San Antonio Spurs News

4 Hot Takes from Spurs' Gutsy Effort Against Phoenix Suns

Jonah Kubicek
San Antonio Spurs Josh Primo
San Antonio Spurs Josh Primo / Tim Nwachukwu/GettyImages
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The San Antonio Spurs lost to the Phoenix Suns on Sunday night after holding a comfortable lead until the fourth quarter.

The Spurs were without their three best players, Dejounte Murray, Derrick White, and Jakob Poeltl due to various ailments and rest. However, Devin Vassell, Tre Jones, and Drew Eubanks stepped up and established an early lead that kept the Spurs ahead for the majority of the game.

In the final quarter, the Suns shot 5-of-5 from deep, which is really hard to compete with, especially given the inexperienced Spurs' lack of consistent deep threats aside from Keldon Johnson and Doug McDermott. McDermott led the way for the Spurs with his second-best scoring outing of the season with 24 points.

The Spurs’ youth movement led the way, as Joshua Primo, Tre Jones, Lonnie Walker, and Devin Vassell all received roughly 30 minutes. Each young Spur brought something to the table. While the team ultimately did not hold strong down the stretch, it looks like the future of the franchise is in good hands. Here are four takeaways from the narrow loss.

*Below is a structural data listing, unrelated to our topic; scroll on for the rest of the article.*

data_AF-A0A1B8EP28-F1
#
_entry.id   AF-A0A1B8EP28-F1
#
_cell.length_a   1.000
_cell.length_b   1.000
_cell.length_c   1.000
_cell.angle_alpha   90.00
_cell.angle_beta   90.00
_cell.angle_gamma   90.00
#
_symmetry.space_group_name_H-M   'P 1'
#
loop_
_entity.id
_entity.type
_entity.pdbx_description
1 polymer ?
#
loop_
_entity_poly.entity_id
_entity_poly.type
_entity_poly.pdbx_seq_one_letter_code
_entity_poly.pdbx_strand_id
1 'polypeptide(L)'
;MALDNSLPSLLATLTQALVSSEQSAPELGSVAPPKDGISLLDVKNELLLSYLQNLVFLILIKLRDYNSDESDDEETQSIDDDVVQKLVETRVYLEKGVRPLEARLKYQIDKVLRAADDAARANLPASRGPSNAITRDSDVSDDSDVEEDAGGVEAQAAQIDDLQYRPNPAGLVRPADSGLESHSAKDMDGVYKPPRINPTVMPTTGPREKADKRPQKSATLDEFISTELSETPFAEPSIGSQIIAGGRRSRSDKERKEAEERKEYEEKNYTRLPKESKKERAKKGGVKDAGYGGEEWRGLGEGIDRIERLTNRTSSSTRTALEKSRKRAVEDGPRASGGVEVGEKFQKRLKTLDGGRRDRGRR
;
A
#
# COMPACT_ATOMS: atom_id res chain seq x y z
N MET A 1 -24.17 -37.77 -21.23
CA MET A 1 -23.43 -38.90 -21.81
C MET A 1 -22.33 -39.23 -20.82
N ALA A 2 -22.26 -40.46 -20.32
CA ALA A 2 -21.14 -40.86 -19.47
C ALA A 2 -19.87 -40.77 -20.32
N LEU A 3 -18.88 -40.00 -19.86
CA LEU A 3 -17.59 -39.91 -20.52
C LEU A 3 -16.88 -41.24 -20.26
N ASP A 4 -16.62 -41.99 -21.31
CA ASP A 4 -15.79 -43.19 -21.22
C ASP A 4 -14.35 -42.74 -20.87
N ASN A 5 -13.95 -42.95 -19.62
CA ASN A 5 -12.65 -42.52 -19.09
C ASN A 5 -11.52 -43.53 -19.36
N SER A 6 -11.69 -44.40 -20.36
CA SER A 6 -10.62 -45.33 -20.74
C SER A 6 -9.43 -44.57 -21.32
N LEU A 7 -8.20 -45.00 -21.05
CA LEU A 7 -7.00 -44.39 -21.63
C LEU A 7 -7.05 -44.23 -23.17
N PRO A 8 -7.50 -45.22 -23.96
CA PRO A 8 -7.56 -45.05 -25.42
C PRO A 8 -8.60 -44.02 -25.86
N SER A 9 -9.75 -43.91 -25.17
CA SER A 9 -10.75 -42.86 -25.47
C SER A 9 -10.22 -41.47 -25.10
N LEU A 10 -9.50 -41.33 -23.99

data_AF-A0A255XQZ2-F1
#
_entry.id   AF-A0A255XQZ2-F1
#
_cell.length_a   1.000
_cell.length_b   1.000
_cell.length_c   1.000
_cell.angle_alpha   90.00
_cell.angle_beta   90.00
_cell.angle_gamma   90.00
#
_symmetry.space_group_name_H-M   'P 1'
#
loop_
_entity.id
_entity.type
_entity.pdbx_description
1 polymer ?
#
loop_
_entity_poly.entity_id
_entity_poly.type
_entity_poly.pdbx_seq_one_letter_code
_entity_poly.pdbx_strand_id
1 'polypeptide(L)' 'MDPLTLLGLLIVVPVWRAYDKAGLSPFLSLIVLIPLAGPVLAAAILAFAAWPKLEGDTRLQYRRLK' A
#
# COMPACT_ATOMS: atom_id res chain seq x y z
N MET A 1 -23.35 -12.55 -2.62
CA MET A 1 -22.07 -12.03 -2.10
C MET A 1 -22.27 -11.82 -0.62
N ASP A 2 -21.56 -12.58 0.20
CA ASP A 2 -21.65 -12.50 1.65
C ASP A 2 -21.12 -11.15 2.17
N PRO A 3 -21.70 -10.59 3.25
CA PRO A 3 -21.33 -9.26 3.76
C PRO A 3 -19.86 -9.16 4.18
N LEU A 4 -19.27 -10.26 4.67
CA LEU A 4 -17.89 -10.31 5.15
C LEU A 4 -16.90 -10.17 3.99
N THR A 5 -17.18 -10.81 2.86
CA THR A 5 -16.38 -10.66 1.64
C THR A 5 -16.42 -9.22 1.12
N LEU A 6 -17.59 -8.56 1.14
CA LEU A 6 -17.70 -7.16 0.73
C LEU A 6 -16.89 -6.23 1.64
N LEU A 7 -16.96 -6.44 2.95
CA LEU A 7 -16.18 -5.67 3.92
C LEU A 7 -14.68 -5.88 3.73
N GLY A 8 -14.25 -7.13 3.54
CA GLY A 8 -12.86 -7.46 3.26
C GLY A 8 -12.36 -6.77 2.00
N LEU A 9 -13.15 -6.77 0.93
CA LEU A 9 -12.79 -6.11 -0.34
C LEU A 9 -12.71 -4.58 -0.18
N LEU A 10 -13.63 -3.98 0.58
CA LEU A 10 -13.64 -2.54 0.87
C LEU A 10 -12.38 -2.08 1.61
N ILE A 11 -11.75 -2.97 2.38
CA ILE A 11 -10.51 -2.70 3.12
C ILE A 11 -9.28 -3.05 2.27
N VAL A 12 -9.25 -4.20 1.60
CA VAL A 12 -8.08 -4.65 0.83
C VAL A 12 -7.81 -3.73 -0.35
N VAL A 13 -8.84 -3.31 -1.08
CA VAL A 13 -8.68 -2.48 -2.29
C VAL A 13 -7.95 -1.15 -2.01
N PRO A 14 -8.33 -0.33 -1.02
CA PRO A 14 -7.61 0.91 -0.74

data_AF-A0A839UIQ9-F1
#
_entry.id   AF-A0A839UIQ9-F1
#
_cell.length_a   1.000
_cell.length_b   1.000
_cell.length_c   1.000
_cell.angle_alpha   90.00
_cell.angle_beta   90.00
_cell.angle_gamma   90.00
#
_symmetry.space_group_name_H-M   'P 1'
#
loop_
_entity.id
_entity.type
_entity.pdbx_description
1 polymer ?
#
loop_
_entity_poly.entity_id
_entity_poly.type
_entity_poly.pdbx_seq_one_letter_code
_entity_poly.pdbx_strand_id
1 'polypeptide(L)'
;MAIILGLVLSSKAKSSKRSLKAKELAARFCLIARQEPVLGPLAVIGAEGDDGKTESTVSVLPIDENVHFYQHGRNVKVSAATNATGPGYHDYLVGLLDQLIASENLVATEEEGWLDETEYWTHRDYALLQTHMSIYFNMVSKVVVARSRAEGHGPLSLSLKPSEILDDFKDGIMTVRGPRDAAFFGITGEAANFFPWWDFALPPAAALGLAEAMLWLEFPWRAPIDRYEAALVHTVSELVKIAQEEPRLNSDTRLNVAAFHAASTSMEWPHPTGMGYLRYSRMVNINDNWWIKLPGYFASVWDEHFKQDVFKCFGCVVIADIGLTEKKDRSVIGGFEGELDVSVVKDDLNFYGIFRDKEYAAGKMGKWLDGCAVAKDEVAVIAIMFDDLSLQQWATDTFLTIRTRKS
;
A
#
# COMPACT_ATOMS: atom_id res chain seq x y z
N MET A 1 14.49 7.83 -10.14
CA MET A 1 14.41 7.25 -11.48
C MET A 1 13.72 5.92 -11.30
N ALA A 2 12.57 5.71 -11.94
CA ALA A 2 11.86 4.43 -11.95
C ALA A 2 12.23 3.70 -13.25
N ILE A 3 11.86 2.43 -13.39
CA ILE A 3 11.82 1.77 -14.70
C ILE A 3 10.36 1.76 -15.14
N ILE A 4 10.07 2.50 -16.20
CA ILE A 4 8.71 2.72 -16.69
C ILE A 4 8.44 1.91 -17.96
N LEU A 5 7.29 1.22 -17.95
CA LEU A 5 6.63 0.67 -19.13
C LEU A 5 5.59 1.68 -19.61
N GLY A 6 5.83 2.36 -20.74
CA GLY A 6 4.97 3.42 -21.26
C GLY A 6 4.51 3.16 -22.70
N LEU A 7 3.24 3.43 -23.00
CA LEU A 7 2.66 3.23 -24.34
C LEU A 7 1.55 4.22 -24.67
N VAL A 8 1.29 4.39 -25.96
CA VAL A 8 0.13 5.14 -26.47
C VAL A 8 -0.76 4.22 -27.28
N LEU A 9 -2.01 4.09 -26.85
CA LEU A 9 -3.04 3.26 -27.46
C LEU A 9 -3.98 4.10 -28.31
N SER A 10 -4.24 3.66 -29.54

San Antonio Spurs
San Antonio Spurs Tre Jones / Carmen Mandato/GettyImages

1. Tre Jones is a Floor General

Every game, I worry that the wheels will fall off the Tre Jones bus and I’ll realize I hitched my wagon to the wrong pony, but tonight was not that night. Jones tied his career-best 15 points and notched nine assists, which is only bested by an 11-dime effort in December. 

While he fell just short of the double-double, he shot a cool 7/12 from the field and avoided taking shots from deep, which he has struggled with. He drew some fouls that helped the Spurs keep their lead and avoided turning the ball over entirely, which is amazing considering his high assist numbers and on-ball style of play. 

Tre Jones is not the guy I want taking the final shot, but he’s quickly proven that he can be trusted with the ball to find a scorer and make a play with the ball that results in an open look, an assist, and minimal turnovers.

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